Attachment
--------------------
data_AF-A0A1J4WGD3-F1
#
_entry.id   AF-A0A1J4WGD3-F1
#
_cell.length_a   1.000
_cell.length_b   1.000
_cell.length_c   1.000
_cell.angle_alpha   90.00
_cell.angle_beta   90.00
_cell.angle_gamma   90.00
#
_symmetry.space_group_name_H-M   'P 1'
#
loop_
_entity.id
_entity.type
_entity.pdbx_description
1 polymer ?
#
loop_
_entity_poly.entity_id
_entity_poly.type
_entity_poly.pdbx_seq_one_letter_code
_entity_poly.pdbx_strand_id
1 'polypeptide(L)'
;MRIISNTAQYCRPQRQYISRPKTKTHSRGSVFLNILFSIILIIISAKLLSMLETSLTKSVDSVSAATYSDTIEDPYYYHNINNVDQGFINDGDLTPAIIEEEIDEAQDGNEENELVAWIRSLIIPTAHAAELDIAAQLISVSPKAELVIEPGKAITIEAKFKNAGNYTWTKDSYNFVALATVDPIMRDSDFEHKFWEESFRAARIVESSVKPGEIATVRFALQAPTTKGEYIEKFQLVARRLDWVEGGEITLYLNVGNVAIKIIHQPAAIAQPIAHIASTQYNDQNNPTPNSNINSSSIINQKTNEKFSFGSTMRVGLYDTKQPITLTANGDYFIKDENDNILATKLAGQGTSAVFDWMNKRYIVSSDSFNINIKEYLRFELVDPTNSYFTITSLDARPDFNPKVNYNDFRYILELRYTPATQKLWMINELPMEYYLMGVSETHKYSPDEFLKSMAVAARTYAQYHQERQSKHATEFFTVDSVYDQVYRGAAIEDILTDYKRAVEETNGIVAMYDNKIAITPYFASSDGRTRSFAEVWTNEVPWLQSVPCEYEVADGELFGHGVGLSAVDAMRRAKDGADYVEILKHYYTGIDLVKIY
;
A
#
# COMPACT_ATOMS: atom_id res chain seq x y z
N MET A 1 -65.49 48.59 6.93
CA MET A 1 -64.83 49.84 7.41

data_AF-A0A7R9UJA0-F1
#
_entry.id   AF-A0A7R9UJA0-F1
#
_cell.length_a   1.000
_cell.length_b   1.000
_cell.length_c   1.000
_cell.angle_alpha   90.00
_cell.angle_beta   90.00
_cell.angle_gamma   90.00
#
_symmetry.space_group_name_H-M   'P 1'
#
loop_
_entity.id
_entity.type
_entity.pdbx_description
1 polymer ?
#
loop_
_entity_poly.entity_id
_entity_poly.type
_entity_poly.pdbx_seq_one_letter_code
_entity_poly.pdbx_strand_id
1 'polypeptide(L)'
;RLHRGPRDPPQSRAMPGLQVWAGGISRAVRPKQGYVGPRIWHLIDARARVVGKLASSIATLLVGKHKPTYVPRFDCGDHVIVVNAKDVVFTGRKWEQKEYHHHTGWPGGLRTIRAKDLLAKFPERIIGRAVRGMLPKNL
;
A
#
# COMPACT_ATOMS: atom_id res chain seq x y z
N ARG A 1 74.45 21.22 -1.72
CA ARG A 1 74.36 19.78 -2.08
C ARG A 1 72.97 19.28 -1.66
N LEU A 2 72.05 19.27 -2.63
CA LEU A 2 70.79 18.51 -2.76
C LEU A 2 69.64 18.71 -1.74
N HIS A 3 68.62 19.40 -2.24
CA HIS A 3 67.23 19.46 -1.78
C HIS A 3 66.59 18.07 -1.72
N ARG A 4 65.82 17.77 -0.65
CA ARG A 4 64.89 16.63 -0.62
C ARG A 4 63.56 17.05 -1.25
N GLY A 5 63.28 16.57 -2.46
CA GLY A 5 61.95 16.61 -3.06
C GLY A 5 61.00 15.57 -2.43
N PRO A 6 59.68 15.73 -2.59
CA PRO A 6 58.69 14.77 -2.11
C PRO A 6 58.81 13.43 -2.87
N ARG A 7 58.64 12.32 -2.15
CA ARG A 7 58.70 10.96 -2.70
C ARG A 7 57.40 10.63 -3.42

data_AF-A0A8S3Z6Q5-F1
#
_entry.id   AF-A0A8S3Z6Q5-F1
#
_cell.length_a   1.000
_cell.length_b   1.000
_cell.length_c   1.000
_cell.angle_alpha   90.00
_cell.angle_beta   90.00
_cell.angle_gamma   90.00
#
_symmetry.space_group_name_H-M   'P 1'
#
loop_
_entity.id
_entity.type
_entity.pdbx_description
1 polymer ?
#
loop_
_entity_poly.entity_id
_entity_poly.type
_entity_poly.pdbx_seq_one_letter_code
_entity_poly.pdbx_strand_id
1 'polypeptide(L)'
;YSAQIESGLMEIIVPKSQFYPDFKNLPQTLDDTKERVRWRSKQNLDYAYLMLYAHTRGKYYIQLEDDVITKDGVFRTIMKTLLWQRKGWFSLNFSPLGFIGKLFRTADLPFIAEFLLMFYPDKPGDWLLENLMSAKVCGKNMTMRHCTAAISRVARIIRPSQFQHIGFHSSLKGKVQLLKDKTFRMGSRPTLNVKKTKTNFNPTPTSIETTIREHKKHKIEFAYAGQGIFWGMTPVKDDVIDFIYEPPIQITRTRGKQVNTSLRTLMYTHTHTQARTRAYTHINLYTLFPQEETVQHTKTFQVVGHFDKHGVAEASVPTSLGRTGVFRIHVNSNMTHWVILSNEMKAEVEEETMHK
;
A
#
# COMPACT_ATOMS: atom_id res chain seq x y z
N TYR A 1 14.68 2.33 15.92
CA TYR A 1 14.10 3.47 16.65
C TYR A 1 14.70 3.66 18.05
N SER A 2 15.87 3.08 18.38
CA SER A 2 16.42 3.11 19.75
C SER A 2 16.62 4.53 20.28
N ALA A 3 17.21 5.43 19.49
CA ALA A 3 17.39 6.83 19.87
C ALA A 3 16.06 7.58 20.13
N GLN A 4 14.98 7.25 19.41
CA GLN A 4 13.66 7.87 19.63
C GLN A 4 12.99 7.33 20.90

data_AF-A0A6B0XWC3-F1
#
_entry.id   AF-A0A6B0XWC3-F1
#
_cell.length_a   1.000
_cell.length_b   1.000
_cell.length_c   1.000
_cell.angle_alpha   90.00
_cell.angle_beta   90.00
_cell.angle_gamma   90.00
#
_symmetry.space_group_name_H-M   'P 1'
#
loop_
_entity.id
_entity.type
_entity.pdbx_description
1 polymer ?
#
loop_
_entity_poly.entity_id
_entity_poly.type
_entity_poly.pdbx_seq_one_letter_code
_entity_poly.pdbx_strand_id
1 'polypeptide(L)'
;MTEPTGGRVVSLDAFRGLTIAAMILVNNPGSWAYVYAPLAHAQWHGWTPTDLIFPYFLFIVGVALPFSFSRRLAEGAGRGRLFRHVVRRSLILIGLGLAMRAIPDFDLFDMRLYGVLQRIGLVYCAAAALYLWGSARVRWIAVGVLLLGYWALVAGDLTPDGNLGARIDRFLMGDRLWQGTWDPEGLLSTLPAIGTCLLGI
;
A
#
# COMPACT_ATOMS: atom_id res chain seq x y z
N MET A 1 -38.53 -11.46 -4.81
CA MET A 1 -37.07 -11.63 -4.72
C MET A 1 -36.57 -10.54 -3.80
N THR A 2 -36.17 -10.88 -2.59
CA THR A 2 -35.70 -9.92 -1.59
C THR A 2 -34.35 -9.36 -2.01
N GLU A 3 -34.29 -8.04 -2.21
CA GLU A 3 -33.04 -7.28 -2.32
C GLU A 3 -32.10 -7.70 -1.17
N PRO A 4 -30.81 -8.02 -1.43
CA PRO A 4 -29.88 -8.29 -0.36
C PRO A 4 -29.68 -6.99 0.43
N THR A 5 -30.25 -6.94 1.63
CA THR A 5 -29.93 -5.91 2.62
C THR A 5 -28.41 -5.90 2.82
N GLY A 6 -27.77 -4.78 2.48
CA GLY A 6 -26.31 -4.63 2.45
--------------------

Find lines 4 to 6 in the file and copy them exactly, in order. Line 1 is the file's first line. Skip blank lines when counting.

#
_cell.length_a   1.000
_cell.length_b   1.000